May 2010

SunSentinel Newspaper Article:
Delray Beach gets grant to help its African sister city
May 02, 2010 _ By Maria Herrera, Sun Sentinel

DELRAY BEACH — With the help of a $115,000 grant, Delray Beach will be able to help its sister city of Moshi, Tanzania, build a garbage collection and disposal system.
Delray Beach is among 17 cities that received grant funding from Sister Cities International to help their sister cities create projects that address sanitation, health and water issues in urban areas of Africa.
"What Moshi would like to do is put together a program to expand their solid waste pickup and disposal system," said David Schmidt, the former Delray Beach mayor who now leads the city's Sister Cities program. "There's a significant portion of their residents who don't have garbage service and they either burn it or dump it."
Moshi is in Tanzania, on Africa's east coast. The city of about 150,000 people is located on the lower slopes of Mount Kilimanjaro, the tallest mountain in Africa. The city serves as the base for many expeditions up the mountain, with climbers and visitors choosing to stay in nearby hotels and employing locals as guides, porters and cooks.
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Delray Beach is also sister city to Miyazu, Japan. The program carries out a high school student exchange with teens from that city and the program is better known because of the Morikami Museum.
But Delray Beach and Moshi have been sisters cities for about 10 years and, through the Sister Cities partnership, Delray Beach raised money to put a new roof on Moshi's library, get a collection of books to help the library sustain itself, and received five computers that residents there use to access the Internet, Schmidt said.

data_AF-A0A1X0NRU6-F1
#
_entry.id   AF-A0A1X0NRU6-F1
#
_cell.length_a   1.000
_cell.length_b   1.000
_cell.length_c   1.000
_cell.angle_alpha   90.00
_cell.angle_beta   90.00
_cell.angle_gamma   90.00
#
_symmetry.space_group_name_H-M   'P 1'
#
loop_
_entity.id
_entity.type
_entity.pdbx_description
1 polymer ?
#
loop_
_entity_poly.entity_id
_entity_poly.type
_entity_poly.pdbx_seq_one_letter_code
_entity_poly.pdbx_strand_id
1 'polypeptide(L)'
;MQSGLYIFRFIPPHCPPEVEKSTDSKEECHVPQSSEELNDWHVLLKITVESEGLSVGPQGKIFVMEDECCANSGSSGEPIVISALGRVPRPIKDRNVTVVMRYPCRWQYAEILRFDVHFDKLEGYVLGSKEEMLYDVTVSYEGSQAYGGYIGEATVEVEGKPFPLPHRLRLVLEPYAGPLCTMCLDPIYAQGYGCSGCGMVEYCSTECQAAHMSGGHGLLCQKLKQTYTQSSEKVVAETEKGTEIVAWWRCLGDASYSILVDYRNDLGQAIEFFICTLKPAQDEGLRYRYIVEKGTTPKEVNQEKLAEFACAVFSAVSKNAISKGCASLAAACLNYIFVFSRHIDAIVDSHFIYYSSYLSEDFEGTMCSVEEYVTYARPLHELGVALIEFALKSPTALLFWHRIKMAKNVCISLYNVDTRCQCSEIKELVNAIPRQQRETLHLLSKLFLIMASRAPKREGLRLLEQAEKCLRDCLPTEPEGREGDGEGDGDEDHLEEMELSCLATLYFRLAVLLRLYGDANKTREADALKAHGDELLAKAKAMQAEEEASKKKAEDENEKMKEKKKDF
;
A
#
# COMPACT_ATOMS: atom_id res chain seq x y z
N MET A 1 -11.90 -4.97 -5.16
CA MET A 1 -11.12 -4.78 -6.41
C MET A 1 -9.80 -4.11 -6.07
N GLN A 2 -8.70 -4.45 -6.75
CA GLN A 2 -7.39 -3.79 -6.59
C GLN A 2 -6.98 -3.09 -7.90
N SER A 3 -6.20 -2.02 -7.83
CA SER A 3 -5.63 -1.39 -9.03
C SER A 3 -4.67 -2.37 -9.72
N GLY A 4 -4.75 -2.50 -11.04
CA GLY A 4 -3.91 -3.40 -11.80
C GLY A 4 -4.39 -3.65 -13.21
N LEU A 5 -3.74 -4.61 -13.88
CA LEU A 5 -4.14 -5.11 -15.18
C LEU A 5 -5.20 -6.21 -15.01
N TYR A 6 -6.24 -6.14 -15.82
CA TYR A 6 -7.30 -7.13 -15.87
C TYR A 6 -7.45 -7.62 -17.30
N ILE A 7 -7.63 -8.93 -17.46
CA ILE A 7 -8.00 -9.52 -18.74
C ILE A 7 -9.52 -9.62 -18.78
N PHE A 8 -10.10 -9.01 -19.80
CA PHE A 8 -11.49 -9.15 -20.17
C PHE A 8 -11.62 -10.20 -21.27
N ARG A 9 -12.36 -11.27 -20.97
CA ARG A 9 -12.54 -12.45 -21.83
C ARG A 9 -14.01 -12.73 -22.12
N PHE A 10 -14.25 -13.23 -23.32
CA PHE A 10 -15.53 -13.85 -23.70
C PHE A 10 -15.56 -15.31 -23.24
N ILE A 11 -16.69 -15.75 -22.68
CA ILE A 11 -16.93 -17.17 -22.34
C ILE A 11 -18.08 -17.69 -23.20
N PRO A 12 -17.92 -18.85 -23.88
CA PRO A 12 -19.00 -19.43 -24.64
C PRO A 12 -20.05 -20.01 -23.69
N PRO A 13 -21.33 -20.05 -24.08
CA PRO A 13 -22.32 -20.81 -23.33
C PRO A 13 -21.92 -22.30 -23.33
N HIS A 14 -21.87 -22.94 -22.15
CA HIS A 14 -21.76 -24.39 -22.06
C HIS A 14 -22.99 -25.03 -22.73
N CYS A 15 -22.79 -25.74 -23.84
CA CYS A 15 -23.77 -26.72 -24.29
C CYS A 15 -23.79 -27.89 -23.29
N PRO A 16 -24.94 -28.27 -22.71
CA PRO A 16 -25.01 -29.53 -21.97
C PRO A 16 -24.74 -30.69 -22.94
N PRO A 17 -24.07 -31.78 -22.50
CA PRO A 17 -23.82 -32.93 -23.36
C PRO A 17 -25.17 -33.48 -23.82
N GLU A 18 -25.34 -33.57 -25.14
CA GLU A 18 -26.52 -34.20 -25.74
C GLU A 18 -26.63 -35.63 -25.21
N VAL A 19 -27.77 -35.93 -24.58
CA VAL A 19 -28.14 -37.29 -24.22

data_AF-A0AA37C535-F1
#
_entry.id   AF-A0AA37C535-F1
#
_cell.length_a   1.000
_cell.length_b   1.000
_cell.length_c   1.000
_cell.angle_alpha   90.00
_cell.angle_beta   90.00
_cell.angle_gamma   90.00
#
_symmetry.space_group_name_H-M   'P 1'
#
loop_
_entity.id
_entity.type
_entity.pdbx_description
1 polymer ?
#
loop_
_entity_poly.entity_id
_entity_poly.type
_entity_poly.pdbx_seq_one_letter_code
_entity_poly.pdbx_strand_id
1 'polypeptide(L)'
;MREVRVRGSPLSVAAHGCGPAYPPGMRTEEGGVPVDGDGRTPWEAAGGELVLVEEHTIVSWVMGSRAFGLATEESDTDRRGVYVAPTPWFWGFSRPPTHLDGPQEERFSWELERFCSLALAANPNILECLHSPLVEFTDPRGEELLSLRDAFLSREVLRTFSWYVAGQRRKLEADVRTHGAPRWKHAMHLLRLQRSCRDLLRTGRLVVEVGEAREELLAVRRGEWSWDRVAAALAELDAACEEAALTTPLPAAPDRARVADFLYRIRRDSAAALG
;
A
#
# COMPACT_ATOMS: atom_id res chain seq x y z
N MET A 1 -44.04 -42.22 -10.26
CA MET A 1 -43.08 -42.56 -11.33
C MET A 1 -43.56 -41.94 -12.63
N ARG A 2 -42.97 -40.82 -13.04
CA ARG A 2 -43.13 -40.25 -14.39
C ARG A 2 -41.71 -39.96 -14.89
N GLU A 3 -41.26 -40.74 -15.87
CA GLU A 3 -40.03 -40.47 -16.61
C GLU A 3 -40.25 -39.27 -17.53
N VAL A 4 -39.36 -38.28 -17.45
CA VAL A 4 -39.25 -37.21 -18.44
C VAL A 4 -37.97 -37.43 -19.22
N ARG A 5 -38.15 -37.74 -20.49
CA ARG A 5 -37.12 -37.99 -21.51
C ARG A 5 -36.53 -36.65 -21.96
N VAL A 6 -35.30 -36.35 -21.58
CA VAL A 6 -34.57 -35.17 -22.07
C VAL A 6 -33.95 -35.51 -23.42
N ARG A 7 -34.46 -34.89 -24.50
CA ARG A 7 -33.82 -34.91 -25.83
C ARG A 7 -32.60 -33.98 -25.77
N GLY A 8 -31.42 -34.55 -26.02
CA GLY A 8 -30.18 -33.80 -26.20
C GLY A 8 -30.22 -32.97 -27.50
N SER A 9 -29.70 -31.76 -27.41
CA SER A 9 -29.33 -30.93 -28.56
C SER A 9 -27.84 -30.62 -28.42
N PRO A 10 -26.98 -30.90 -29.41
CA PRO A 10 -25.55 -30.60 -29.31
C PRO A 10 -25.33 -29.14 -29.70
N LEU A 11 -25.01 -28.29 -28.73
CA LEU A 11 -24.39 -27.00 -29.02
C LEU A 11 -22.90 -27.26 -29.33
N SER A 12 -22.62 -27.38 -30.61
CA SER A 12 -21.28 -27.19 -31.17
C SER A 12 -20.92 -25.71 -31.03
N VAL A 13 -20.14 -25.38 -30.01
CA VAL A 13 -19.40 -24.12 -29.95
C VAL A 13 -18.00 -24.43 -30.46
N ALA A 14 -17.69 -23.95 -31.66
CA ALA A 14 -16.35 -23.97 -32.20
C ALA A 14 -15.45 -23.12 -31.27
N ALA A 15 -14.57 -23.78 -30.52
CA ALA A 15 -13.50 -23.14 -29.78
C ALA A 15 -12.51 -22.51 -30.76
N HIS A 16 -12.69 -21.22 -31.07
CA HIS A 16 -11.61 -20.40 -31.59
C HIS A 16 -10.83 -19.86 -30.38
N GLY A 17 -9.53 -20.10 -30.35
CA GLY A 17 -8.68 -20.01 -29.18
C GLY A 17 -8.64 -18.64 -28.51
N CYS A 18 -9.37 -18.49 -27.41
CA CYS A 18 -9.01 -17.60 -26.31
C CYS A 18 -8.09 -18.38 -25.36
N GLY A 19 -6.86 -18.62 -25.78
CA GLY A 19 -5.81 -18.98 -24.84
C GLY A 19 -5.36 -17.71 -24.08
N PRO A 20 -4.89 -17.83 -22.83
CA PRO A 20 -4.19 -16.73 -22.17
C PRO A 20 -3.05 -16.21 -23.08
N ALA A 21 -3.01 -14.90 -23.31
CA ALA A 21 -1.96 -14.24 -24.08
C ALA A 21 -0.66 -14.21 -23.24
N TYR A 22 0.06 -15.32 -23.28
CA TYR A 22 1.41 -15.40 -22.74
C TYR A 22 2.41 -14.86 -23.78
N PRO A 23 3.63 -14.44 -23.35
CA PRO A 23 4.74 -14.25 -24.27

"With Tanzania being a third-world country, they really have a lot of need and we have been focusing on what we can do for them," Schmidt said.
The funds for the sanitation program come from a $7.5 million grant from the Bill and Melinda Gates Foundation to Sister Cities International. Among the other cities that received funding were Chicago, Baltimore and Jacksonville.
"The first phase of the project was awarded to seven cities and they've already began projects," said Frances Reimers, spokeswoman for Sister Cities International. "The great thing about this program is volunteers will be working hands-on to implement their projects in the African cities. It's a collaborative effort."
Sister Cities International was created by President Dwight D. Eisenhower in 1956. Since then the organization has facilitated more than 2,000 sister cities relationships in 136 countries around the world.
Schmidt said he hopes a Moshi official can travel to Delray Beach to meet with Solid Waste Authority staff, who has offered technical assistance.
"We need to see what they have over there," Schmidt said. "We do so much recycling here that may be a way to benefit their economic development."
Maria Herrera can be reached at meherrera@SunSentinel.com or 561-243-6544.